Taxing Robots: Easier Said Than Done

In a recent interview, Bill Gates, the founder of Microsoft, suggested that it might be time to tax robots. In Gates's view, a tax on robots could be a means of both controlling the speed of automation and slowing the erosion of the personal income tax base as fewer individuals are employed over time. To the extent that total government revenues increased because of the new tax, those revenues could be used to create retraining programs for displaced workers. I will leave it to the economists and legal academics to say whether a tax on robots is a good idea at a theoretical level, whether such a tax will achieve the desired results, and whether the desired outcome will create a net benefit to society. In this article, I will address a specific issue: how could such a tax be implemented?

The threshold issue with any robot tax is identifying what constitutes a "robot" to which the tax would apply. Welder robots in a car factory and self-driving transport trucks immediately come to mind as examples of robots that displace workers, but there are many less obvious forms of automation. For example, ATMs and airline check-in terminals are not traditionally thought of as robots, but they are automated devices that reduce the number of jobs available to human bank tellers and airline agents. Online travel sites have no physical existence other than a server that may not be located in Canada (thereby making the collection of any robot tax uncertain), but they have nearly eliminated the jobs of travel agents. Perhaps the most threatening form of automation is artificial intelligence (AI) software, which has no physical existence (except the medium on which it is stored) but may render many white-collar jobs obsolete—including, eventually, those of many tax lawyers and accountants.

A further difficulty lies in distinguishing between robots that replace human labour and robots that supplement human labour. Consider, for example, a subsurface mining firm that owns a robot that can enter potentially unstable sites to determine whether they are safe for human beings. A tax on all robots would increase the cost of owning and operating the safety robot; if the robot became too expensive, human lives would be risked to do the robot's job. No proponent of a robot tax would welcome that outcome.

If these threshold issues could be solved, how might a robot tax be imposed? I will begin with normal policy options and then move on to less conventional speculation.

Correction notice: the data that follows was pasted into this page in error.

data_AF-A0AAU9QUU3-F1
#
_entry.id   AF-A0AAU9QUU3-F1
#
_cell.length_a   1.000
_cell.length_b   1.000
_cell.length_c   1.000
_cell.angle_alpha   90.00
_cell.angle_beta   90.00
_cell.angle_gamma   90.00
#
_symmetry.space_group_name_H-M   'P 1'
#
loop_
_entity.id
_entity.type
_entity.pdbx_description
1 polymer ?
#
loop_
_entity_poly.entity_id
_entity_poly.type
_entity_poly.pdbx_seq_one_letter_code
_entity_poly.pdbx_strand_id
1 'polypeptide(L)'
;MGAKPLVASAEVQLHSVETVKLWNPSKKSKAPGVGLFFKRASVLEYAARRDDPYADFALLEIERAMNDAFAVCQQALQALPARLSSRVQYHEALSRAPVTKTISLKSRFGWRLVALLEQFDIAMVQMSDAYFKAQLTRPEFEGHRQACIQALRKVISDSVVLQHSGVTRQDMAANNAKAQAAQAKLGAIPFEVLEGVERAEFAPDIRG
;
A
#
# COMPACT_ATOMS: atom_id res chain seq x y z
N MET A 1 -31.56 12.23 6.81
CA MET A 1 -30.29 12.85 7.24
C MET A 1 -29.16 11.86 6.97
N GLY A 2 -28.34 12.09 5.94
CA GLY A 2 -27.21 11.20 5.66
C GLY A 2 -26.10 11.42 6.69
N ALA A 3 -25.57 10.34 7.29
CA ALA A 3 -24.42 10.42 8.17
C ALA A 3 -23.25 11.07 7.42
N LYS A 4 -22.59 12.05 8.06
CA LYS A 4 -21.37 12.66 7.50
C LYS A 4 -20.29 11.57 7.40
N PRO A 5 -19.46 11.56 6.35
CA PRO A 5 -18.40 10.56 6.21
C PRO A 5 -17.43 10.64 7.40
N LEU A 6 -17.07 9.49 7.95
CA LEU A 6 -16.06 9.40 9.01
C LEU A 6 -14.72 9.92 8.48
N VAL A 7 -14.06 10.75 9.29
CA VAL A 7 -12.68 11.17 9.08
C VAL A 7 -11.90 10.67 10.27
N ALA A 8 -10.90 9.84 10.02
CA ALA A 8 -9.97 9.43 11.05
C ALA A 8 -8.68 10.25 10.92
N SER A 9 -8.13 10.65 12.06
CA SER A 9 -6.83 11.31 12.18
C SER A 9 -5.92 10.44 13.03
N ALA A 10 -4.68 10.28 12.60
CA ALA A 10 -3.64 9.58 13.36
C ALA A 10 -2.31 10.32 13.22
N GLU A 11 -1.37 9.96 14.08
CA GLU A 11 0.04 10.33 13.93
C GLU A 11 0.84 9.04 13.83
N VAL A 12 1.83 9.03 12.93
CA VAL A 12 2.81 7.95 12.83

• An excise tax could be imposed either on the purchase of a robot or on the licence fees paid for AI software. This sort of tax appears straightforward, but it may not apply to in-house software development or robot assembly.

  • A capital tax could be imposed on the robots owned by a firm. The tax could be based on an annual assessed value multiplied by a mill rate (like a municipal property tax), or it could be based on the book value of the robots (like the former part I.3 large corporations tax). This sort of tax might encounter difficulty with licensed intangible robots or with unique robots that are difficult to value.

  • A tax could be imposed on the combined value of the goods and services created by a firm's robots, with or without deductions or credits for the cost of acquiring or operating the robots. Although this tax might capture some of the value of robot production, it bears many similarities to the corporate income tax and might therefore be redundant.

  • A firm could be made to pay a tax equal to the personal income tax that would have been paid by the displaced employees, preferably with a deduction for the personal income tax paid by the former employees in their new jobs. Although this tax would align with Gates's vision of a robot tax, it would be very difficult to administer, and it is easy to foresee litigation arising over the reasons for employees being terminated.

  • Each robot could be deemed to be an individual and could be subject to personal income tax on a notional income calculated as a percentage of the value of its production or based on a notional wage that would be paid to a similarly skilled human being. This tax would be extraordinarily difficult to assess, especially if a robot was part of a team of robots (or a team of robots and human beings) that was responsible for the firm's production.

Each of these options has obvious flaws that would be difficult to eliminate. Moreover, each would have an impact on a firm's location and investment decisions to varying degrees, and therefore would potentially threaten the corporate income tax base. Finally, there is no guarantee that the incidence of any robot tax would fall on the robots' owners.

A tax on robots may not be feasible at present, but the notion is representative of the tax policy issues that will arise in the 21st century. As previously unimagined goods and services are created and delivered by previously unimagined means, and as our societies rearrange themselves in response to technology and automation, the tax system will have to adapt to new realities.

H. Michael Dolson
Felesky Flynn LLP, Edmonton
mdolson@felesky.com


Canadian Tax Focus
Volume 7, Number 2, May 2017
©2017, Canadian Tax Foundation